If product effect is a factor, the correct frequency must be selected to move the product effect signal away from the signal of the contaminants. A metal detector that uses a single frequency cannot accommodate much signal variation thus making it unsuitable for inspecting a variety of product types or those that may vary in temperature. A three frequency, or better still, a multi-spectrum metal detector would be more suitable for these applications.
The most sophisticated metal detectors on the market today use multi-spectrum technology. Instead of relying on just one frequency, a spectrum of multiple frequencies work simultaneously to filter out product signals in a way that is much more effective than a single frequency. In addition, the number of false alarms is greatly reduced
How sensitive should a metal detection system be?
EG: Metal detection sensitivity needs often vary according to the operation. For example, a metal detector's primary function might be to protect a key piece of equipment, such as a sheeter or slicer. The goal would be to eliminate metal that is large enough to damage the equipment.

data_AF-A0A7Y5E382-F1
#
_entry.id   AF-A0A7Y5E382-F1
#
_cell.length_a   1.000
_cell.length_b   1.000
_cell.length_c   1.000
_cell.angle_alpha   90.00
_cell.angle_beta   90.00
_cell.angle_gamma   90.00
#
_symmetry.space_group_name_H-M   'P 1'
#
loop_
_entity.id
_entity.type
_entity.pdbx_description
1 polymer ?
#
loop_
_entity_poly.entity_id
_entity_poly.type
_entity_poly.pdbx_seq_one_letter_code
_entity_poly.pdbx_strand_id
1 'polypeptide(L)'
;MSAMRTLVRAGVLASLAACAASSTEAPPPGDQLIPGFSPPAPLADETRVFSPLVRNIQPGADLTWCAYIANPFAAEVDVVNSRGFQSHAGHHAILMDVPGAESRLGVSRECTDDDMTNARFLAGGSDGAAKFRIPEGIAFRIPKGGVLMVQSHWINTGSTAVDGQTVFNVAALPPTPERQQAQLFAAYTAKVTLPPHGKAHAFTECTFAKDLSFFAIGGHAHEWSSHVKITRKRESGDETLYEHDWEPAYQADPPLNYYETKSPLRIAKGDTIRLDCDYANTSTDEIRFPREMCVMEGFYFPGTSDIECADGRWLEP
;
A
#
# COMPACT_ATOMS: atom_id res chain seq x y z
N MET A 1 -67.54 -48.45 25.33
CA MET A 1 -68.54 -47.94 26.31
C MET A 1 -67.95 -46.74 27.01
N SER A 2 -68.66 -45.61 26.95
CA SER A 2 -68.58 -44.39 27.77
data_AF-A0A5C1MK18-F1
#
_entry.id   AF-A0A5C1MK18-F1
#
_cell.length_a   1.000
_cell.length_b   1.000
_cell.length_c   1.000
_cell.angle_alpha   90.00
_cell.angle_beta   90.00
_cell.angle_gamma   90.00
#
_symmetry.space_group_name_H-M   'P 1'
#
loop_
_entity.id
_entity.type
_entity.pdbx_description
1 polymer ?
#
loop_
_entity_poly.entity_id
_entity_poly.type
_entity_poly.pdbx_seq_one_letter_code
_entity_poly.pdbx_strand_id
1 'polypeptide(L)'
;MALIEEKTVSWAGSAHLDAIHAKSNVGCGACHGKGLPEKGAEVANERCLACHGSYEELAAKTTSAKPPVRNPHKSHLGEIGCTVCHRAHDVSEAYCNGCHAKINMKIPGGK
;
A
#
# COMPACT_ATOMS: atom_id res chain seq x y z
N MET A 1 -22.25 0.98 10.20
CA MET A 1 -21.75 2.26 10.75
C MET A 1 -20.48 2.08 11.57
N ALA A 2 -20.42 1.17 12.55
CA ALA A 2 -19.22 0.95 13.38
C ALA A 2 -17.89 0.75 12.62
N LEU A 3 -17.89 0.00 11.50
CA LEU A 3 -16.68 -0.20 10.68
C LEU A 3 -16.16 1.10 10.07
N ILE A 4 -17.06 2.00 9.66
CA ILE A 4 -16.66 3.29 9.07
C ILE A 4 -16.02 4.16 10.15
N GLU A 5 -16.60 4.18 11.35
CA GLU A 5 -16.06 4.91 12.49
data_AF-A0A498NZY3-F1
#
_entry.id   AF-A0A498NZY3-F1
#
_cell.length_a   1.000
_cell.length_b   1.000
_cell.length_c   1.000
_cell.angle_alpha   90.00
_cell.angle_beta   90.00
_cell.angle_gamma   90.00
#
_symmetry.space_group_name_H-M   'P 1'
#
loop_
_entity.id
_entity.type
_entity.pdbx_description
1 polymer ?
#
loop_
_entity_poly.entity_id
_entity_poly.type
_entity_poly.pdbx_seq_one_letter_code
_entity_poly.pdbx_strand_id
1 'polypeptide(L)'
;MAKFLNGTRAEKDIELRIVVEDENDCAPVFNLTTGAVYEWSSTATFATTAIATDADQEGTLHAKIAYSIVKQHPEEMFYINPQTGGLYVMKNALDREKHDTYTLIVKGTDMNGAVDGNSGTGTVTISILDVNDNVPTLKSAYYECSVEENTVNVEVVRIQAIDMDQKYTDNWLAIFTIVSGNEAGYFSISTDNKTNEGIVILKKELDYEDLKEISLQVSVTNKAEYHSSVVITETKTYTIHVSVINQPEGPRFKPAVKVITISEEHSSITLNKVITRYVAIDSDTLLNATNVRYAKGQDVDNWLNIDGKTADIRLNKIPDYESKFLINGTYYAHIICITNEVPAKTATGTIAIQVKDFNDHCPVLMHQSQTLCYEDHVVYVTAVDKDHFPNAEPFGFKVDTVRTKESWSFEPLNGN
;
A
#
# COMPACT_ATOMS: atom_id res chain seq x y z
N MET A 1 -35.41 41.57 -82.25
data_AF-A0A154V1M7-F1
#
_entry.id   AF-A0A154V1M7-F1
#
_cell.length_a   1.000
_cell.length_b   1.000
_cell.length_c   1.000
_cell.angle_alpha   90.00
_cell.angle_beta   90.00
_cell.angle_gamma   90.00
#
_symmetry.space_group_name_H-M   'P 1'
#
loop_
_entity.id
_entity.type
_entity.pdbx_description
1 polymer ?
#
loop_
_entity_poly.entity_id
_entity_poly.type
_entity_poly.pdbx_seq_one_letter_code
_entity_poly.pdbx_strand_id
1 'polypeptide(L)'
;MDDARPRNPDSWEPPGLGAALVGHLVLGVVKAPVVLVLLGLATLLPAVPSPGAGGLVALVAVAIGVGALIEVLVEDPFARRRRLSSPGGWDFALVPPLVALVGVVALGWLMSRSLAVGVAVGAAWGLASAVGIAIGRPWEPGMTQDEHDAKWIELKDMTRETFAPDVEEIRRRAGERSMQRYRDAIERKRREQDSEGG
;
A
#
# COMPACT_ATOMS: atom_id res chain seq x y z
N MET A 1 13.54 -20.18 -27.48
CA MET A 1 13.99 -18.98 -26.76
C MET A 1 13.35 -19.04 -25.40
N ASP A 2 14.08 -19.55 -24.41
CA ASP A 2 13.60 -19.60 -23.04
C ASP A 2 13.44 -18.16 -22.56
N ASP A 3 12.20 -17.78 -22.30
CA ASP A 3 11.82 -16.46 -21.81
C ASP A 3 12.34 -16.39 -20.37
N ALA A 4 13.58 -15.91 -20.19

In another part of the line, a different level of sensitivity would be required to inspect a bulk flow of product. And because final package inspection should be the most demanding, even higher sensitivity would be needed to protect your product before it reaches the marketplace.
Your plant's quality control group should have specific sensitivity targets for ferrous, non-ferrous, and stainless steel (type 316) contaminants for each inspection operation. These targets should be communicated to the metal detector manufacturer so that they can select the right equipment for each application. Be sure to set realistic and achievable goals.
How to get started with metal detection for food packaging
Viking Masek has many years of experience implementing fully integrated food packaging systems with metal detection. But before we start any project, we need to gather specifications from the client. Get a head start on your next safe and sealed packaging system by downloading our free project scope planner:
About our Guest:
Vice President at Peak Equipment